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The Ripple Effects on Independent B/Ds in the Post-COVID-19 World

Eight ways the coronavirus pandemic will change the relationship between advisors and their IBD business partners.

The wealth management industry was already evolving rapidly to match the needs of clients and advisors, yet the COVID-19 crisis is likely to accelerate the pace even faster.

While each segment of the financial services ecosystem will no doubt be impacted, there’s one area in particular likely to evolve more than others: the Independent broker/dealer (IBD) channel.

The IBD segment was already well on its way to radical reorganization over the past several years as demonstrated by the following:

  • Many smaller IBDs and those with an insurance lineage folded into larger firms;
  • Broker/dealers sought new sources of revenue to replace higher fee-paying products;
  • And, the cost to maintain technology and compliance infrastructure soared—especially as b/ds invested heavily in open architecture.

As competition from the RIA space intensified, independent business owners working under these b/d umbrellas have demanded much more from their partners to justify their costs.

Repercussions from the current health and financial crisis remain to be seen. But as industrywide revenues, margins and growth rates contract, here are eight areas where b/ds in particular will feel the impact.

  1. The Advantages of Scale and Stability: There are certainly IBDs that already have an advantage when it comes to scale—an edge that will prove to be even more obvious in a market downturn. Aside from having requisite capital and enough of a financial cushion to continue investing in technology, advisor support and platforms, a prolonged downturn is likely to lead to further consolidation as subscale IBDs and those only “loosely” in the wealth management arena seek a lifeline. One caveat: Time will tell how the many private equity-backed b/ds with significant debt on their balance sheets will respond to ongoing debt service commitments in times of lower cash flow.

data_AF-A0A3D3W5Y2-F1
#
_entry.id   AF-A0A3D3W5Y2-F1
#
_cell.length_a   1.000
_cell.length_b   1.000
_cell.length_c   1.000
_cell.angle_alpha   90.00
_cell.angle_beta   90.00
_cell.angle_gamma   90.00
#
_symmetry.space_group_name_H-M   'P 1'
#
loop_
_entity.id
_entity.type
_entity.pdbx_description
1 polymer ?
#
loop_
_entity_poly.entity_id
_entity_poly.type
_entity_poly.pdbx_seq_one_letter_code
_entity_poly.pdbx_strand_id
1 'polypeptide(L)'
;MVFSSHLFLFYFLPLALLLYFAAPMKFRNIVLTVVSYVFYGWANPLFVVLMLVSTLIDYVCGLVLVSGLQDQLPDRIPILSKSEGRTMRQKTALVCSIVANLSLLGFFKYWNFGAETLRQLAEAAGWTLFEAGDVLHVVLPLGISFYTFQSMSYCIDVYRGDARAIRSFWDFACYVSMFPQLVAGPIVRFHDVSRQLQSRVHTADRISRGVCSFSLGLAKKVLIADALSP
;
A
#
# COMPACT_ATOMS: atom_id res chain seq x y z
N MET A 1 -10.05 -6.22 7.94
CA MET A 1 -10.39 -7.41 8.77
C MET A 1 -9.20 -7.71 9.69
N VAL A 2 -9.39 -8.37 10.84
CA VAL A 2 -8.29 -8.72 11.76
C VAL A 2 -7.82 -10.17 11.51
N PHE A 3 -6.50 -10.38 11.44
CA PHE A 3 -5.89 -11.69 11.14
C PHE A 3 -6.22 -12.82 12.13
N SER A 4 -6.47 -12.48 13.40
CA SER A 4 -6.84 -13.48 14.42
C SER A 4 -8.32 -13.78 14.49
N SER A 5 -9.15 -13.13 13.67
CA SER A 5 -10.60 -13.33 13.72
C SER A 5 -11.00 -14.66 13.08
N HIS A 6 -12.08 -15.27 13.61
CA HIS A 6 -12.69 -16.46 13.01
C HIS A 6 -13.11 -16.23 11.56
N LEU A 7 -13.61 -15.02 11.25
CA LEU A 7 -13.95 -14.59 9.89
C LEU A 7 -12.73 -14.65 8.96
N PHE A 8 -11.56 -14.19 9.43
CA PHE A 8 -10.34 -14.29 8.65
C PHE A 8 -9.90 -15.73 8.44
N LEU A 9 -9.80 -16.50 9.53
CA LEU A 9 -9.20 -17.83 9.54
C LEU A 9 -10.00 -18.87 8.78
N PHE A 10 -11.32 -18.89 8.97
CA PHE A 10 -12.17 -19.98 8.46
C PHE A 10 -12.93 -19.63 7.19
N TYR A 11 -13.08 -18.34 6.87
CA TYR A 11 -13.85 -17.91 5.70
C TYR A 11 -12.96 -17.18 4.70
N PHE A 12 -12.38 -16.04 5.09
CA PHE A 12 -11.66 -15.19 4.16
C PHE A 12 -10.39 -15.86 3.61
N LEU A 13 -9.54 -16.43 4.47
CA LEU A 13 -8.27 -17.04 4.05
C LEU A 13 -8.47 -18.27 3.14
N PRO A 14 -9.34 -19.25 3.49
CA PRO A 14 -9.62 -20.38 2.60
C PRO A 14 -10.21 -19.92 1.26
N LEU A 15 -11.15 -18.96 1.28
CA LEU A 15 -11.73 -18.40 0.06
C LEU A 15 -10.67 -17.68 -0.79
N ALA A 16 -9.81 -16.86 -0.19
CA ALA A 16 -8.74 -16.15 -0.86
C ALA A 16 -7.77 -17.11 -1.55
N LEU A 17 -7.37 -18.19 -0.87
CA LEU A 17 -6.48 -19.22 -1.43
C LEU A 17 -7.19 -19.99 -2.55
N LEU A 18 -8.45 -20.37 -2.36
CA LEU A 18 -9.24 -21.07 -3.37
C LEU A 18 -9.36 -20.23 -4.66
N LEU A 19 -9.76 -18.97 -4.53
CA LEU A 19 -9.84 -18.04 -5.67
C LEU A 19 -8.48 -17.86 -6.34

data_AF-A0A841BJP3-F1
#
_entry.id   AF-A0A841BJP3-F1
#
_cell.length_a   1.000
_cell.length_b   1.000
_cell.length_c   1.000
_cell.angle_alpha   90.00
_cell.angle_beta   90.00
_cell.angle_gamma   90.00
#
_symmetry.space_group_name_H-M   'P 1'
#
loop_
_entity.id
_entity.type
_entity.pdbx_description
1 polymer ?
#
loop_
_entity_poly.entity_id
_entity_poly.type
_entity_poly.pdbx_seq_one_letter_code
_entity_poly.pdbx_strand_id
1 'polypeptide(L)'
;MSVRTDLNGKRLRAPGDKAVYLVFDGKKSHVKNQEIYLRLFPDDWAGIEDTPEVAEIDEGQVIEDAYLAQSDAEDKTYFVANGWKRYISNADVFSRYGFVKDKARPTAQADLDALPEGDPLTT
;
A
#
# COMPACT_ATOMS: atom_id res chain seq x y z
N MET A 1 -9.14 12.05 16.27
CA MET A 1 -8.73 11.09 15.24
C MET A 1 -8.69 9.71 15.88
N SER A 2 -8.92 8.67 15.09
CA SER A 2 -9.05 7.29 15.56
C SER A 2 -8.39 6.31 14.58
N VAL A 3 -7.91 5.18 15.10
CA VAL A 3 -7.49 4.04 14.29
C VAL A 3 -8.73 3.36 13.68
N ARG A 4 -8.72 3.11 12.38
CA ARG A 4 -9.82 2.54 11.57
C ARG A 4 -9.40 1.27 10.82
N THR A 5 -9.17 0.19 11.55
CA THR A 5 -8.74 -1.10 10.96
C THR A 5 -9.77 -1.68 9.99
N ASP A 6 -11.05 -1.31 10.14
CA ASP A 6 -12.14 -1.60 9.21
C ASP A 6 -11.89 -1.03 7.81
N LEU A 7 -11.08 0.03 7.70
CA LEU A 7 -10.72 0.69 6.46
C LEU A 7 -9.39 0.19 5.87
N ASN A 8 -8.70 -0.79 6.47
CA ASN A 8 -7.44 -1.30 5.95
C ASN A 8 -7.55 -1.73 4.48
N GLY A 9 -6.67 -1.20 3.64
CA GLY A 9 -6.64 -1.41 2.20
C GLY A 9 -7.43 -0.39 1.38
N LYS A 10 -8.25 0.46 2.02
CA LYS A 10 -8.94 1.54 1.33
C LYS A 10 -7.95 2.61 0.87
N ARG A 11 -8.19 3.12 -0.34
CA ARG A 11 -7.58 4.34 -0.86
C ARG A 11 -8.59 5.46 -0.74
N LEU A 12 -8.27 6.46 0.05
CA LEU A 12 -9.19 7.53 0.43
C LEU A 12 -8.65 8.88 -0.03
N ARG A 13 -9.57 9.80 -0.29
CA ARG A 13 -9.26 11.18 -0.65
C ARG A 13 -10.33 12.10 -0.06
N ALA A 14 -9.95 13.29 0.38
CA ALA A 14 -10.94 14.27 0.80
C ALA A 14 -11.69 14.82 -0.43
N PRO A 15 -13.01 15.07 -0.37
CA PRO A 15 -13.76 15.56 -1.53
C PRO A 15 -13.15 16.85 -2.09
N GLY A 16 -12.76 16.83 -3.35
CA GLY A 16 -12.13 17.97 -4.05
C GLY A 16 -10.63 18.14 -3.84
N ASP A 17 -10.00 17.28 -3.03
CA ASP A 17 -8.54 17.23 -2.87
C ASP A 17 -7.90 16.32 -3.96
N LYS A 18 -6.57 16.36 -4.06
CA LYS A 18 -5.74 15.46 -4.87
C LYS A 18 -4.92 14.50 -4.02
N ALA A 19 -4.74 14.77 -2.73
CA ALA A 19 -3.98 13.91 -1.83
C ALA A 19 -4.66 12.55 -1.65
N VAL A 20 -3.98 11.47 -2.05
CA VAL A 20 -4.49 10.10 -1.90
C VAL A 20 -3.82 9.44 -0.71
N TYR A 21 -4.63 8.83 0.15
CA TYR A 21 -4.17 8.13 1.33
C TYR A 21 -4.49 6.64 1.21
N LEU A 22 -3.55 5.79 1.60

2. Flexibility in Communication Becomes More Important: In times of uncertainty, advisors cement their relationships with clients by being a voice of reason, a support system and an authentic reminder that bear markets come and go. The ability to communicate freely and reach clients in a scalable, creative and efficient way is imperative—particularly in times of crisis. While many IBDs tout their “quick” approval times for client communications, as well as the ability to deploy video updates and share unique messages via social media, it’s inevitable that many advisors will feel limited by the restrictions that their firms impose. Those advisors may be drawn to other b/ds or RIAs where they see greater flexibility and control and a more appropriate fit.